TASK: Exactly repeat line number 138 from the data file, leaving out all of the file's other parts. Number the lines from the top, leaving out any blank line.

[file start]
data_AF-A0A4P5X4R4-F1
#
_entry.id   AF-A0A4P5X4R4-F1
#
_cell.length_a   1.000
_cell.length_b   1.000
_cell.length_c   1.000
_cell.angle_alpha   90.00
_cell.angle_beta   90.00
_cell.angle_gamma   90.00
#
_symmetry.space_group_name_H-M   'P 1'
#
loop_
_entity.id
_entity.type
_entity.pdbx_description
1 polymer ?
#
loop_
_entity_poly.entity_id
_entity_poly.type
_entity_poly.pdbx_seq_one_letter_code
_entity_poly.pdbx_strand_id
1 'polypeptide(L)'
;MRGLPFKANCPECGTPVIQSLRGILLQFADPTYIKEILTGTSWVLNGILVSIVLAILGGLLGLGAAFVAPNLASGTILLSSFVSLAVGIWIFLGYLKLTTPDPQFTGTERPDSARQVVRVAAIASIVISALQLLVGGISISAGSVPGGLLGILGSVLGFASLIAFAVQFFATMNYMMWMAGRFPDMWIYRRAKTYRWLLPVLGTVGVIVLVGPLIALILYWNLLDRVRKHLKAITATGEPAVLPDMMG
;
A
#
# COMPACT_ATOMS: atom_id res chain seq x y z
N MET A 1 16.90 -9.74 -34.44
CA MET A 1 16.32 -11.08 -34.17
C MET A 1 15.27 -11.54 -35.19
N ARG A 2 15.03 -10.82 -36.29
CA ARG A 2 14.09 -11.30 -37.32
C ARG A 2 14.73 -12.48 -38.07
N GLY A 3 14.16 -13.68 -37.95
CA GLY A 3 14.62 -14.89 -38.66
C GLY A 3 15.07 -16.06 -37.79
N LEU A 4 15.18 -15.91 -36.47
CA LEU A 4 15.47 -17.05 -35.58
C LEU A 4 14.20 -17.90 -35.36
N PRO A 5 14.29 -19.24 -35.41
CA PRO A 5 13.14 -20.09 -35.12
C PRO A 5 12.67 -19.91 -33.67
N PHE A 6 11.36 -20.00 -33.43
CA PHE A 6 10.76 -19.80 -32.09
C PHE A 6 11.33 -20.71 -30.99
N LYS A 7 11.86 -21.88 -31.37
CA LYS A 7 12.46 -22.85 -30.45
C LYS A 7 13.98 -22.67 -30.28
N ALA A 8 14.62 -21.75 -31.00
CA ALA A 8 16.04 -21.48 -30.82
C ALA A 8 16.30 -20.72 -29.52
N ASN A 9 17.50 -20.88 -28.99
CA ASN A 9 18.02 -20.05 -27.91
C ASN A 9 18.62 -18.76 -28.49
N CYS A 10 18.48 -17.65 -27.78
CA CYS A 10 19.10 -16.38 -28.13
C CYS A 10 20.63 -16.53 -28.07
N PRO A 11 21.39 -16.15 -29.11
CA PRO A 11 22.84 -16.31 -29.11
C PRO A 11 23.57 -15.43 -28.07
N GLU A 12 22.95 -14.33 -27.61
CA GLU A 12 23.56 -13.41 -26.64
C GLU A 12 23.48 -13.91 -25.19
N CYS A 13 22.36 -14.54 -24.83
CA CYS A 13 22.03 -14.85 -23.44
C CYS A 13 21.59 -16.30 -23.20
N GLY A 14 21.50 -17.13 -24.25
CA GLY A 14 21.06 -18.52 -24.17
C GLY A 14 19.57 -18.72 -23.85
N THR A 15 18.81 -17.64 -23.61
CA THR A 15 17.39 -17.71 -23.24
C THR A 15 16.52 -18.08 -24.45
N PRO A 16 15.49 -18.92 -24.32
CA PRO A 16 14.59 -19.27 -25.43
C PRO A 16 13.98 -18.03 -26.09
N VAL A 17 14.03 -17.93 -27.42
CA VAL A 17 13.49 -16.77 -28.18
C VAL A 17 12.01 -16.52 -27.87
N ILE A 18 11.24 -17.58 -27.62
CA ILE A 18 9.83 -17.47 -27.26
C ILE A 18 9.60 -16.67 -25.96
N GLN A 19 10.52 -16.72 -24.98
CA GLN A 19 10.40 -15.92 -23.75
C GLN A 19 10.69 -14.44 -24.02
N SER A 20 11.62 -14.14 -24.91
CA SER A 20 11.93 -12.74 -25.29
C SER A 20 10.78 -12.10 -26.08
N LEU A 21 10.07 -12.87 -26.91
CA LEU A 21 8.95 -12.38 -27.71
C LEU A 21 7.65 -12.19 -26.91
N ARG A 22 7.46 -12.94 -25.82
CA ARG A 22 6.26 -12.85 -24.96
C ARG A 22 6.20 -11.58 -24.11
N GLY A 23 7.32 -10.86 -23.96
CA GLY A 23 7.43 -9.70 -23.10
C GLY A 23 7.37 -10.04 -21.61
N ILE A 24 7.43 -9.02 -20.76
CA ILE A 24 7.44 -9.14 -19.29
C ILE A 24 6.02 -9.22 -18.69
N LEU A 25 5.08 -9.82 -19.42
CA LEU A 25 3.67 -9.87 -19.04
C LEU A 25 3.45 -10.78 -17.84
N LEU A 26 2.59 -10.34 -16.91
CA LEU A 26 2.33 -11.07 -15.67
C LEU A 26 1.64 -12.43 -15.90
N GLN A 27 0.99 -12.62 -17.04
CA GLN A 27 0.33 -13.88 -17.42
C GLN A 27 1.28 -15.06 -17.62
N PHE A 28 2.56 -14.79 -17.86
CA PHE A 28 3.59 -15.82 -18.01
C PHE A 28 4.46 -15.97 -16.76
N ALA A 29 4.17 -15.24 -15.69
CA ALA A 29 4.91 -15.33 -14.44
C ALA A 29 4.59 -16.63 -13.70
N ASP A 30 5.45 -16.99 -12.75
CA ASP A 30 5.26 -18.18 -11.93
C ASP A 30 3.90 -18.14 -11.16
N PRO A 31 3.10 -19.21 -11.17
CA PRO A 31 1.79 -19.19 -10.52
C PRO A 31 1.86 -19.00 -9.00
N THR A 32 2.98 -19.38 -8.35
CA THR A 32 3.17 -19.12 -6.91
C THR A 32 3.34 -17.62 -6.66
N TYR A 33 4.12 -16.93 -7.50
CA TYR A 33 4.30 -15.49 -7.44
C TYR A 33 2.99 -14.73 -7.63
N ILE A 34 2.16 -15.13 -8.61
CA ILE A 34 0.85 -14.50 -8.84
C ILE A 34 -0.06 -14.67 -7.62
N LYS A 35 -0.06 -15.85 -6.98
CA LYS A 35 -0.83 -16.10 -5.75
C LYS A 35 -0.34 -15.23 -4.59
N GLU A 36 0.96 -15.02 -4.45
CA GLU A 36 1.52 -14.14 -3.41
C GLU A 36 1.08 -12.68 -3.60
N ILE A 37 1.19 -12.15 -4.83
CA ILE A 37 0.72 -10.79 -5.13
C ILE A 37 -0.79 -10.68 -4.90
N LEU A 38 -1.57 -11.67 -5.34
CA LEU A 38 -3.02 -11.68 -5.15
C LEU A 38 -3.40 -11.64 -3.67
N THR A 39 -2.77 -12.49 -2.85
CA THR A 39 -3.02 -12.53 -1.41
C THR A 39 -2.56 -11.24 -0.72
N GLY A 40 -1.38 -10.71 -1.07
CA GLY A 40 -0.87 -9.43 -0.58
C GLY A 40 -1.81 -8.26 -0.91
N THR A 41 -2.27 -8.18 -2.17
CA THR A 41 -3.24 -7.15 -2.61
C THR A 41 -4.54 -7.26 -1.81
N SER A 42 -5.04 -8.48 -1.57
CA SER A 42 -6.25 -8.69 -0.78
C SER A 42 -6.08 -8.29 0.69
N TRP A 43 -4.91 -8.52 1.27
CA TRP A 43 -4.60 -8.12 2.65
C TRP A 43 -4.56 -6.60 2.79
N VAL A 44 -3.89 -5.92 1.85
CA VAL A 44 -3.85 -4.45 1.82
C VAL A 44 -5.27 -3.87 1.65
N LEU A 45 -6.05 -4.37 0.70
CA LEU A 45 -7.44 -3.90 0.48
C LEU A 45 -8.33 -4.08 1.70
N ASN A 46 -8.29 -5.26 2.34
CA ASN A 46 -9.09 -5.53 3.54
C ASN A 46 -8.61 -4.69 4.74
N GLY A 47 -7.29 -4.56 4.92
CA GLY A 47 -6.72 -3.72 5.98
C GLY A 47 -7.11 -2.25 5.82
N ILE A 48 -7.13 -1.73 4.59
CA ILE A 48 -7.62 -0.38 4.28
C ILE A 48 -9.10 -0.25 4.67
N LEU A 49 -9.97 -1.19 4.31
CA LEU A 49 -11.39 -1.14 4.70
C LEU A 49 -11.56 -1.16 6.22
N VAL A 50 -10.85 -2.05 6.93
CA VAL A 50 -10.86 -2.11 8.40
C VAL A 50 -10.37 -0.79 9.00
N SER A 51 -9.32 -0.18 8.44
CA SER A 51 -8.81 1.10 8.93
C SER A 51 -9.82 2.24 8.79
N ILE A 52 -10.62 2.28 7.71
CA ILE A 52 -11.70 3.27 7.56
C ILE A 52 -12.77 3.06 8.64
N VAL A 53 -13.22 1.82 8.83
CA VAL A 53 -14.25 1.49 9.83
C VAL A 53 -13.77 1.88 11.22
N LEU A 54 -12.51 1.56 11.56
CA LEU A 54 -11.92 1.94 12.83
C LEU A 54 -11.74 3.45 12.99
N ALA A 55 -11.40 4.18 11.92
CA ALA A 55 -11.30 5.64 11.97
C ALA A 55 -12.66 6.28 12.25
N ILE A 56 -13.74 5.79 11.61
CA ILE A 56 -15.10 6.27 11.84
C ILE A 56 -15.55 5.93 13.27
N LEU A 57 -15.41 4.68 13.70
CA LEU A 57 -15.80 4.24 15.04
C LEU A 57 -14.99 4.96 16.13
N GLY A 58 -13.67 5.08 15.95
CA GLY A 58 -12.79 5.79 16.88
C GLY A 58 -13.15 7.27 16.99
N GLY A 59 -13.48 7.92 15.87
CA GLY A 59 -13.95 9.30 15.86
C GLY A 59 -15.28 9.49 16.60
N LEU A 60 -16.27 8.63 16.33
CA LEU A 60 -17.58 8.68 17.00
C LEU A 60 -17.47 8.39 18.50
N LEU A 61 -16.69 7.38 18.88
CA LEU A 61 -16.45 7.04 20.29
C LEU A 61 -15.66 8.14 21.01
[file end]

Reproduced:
C GLU A 36 1.08 -12.68 -3.60